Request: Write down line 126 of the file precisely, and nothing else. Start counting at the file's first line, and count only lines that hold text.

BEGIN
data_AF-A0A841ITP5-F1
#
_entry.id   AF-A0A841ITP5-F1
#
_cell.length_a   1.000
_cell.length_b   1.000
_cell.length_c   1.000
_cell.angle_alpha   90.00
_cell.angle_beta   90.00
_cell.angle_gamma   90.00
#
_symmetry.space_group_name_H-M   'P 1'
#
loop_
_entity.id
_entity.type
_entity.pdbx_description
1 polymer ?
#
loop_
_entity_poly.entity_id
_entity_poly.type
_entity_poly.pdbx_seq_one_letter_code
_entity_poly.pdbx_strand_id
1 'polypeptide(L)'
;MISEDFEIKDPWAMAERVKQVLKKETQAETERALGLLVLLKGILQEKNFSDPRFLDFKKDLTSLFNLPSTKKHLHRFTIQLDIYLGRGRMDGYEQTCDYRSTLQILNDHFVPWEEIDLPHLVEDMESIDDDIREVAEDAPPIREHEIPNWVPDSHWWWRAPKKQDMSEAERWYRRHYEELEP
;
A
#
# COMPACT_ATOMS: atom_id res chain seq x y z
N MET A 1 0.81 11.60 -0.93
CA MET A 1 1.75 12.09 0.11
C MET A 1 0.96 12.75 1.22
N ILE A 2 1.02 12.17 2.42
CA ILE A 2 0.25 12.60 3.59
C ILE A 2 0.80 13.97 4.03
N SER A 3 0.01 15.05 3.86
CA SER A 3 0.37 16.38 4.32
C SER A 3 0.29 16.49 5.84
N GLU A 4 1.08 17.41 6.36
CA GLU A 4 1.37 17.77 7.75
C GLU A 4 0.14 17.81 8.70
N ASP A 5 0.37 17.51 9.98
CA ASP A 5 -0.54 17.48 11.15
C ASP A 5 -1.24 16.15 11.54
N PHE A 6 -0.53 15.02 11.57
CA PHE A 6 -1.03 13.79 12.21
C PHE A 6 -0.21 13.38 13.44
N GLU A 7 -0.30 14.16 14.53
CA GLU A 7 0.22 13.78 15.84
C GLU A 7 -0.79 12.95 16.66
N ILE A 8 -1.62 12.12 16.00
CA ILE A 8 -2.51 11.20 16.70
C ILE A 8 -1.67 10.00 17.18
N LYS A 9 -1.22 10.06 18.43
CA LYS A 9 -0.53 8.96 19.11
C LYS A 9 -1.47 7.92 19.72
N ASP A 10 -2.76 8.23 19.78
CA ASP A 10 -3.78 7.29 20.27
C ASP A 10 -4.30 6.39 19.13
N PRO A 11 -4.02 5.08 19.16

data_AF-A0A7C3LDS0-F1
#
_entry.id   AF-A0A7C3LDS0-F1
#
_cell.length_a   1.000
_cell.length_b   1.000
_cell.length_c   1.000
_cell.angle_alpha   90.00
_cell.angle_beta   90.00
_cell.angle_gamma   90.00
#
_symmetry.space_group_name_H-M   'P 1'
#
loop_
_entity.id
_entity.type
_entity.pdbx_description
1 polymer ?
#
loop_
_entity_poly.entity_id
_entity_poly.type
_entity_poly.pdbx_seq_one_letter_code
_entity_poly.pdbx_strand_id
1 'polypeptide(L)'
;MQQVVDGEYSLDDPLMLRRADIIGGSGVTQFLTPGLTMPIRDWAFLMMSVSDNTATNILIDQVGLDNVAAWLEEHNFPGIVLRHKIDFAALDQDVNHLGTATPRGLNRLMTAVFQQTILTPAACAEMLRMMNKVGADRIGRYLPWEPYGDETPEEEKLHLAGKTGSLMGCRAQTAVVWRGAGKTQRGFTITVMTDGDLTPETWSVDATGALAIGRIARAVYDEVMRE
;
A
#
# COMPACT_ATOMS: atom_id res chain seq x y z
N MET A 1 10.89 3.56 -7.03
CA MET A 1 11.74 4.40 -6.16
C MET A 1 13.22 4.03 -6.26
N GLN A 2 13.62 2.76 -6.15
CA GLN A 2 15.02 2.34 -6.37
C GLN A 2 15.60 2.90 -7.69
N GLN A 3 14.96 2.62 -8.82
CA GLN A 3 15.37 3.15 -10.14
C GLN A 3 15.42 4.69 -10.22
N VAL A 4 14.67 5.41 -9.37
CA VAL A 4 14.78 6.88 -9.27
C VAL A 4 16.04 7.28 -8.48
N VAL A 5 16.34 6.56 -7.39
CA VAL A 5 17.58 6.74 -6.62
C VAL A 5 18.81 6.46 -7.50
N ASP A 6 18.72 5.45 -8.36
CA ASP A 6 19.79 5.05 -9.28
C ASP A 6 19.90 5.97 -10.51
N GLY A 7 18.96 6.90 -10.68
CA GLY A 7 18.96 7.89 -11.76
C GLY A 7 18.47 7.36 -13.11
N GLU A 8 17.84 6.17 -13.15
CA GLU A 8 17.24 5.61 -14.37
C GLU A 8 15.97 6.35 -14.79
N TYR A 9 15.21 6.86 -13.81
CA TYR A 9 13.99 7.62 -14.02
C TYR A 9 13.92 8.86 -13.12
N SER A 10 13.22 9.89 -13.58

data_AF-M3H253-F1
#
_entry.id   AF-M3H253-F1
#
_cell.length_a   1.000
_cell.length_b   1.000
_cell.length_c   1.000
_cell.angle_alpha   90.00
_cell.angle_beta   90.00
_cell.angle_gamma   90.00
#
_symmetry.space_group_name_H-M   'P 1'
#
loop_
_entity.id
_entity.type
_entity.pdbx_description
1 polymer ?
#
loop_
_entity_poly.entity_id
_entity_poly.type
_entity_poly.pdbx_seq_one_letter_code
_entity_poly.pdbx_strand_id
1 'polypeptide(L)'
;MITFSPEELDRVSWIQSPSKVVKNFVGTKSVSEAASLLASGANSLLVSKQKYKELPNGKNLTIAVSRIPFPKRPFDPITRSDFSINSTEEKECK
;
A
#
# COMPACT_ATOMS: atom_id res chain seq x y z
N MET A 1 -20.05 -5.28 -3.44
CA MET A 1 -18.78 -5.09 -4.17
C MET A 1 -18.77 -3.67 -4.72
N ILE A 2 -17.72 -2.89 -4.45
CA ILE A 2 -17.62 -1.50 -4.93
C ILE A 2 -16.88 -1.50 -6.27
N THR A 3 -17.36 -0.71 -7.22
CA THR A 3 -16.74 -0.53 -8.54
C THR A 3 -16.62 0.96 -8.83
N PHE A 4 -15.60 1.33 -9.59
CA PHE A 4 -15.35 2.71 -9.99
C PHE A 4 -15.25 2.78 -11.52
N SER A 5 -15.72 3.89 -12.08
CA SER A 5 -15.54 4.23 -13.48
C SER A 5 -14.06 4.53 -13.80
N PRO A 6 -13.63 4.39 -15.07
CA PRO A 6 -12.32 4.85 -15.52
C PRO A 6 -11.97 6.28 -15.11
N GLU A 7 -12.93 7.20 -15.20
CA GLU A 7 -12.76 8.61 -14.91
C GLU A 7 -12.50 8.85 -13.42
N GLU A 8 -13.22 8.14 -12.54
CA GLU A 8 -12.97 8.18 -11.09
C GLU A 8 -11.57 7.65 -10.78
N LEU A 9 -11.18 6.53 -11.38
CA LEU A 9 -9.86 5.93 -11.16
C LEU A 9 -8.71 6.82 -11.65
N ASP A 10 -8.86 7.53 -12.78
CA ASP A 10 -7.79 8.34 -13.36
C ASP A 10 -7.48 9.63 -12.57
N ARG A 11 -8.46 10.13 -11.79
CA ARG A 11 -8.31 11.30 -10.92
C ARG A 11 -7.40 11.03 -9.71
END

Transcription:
_cell.length_c   1.000